The Race Begins The first half of the race was pretty much went accordingly to plan….well not exactly!! My goal was to keep my pace sub 10 per mile. So anything under 10min miles I would be happy with. Well that went completely out of the window at the start of the race. There were 50,000+ people racing in total and 4 race waves, so 12,500 people starting at a time is huge! Most races don’t even have half that amount of people. So my first mile was incredibly slow and there was absolutely nothing I could do about it. So after a few attempts of trying to get around people I eventually just stayed where I was and ran with the crowd. Once I was able to some what carve out my own space I figured I better make up some time and book it in mile 2, so that’s what I did! Miles 3-5 I don’t know what the heck happened! I think I was just really enjoying the race. There were people everywhere, and I mean everywhere. They were cheering, dancing, there were bands playing music, it was just really incredible and unlike anything I’ve ever seen before. Mile 5 I stopped to take in some nutrition. I got my stingers out of my pouch, grabbed a cup of gatorade and popped a salt pill. I walked for about a minute and took my time eating and making sure everything went down safely. Mile 6-8 I stopped for gatorade and each station and walked through each stop. I knew my goal of getting to the half way mark by 2:15 was gone, so I figured I may as well take my time. Around mile 9 I saw some friendly faces on the sidelines, it was Vernell, Kisha, and Ellen of BGR! A huge smile spread across my face because I surely did not expect to see them on the streets of Brooklyn. They snapped this pic of me, and as you can see I have a huge smile on my face. I stopped and gave them all hugs, and I was on my way. This gave me a little pep in my step and I picked up the pace slightly going into mile 10. Around mile 10 (I think?) I ran into the QuickSilver Striders Crew. I stopped gave them all hugs, Susan passed me an orange, which at the time tasted like the best thing on earth because I was starving. Chrissy gave me some mustard packs (which I didn’t end up using) and I keep booking it. Just around the corner I saw my tri coach!!! A huge grin spread across my face because she told me she’d be around Atlantic Terminal (which she was just further down.) I didn’t see her where I imagined her to be, and thought she either left, or never came out; but she was there and I was so happy! She gave me a bit of a pep talked, ran with me for a few, and I was on my way….thx Coach Jax! Mile 11 I stopped to take in more nutrition; stingers, gatorade, and salt tabs. Now I’ve taken salt tabs before, but usually I’ll take only 1 during an entire workout. During the marathon I was popping one every 55 minutes, I think this was my fatal mistake. Your probably thinking she only drinks Gatorade??….yep I only drink Gatorade. I’ve been training with the Gatorade Endurance formula all year so I’m use to it. I never take water at races because sometimes it is just down right funky tasting. My body is use to Gatorade Endurance, so that is what I stick to.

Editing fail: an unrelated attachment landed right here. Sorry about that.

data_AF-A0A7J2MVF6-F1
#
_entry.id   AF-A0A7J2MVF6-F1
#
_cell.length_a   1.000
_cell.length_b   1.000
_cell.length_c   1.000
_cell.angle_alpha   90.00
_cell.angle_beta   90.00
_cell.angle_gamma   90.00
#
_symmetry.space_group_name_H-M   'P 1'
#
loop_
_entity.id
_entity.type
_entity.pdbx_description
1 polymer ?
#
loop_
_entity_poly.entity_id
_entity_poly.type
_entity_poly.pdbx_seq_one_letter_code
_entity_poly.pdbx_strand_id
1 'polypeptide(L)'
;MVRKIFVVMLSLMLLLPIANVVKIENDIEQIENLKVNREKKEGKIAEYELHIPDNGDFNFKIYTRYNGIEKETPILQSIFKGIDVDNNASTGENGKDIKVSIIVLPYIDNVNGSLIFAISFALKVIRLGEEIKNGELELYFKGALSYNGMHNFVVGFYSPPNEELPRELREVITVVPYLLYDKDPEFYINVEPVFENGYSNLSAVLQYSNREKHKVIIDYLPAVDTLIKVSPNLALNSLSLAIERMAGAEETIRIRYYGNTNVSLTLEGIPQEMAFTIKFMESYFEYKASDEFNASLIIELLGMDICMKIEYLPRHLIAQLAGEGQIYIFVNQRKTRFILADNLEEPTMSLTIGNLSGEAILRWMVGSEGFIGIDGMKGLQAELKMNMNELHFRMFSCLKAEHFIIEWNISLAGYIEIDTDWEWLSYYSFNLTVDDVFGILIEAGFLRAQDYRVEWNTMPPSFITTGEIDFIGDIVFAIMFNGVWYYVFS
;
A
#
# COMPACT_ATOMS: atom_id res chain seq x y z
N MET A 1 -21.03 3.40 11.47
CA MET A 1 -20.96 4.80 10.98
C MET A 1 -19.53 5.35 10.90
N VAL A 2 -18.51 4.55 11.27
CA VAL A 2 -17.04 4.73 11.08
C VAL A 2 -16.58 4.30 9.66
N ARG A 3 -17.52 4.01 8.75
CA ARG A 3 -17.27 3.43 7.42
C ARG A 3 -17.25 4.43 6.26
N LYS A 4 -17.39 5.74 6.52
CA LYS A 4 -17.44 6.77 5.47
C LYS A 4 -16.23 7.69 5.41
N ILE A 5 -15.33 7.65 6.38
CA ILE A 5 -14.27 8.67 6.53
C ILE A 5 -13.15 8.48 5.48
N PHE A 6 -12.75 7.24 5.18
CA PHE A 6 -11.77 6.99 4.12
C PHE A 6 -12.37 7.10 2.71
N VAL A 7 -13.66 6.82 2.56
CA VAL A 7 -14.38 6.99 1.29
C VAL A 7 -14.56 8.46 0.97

Mile marker 13.1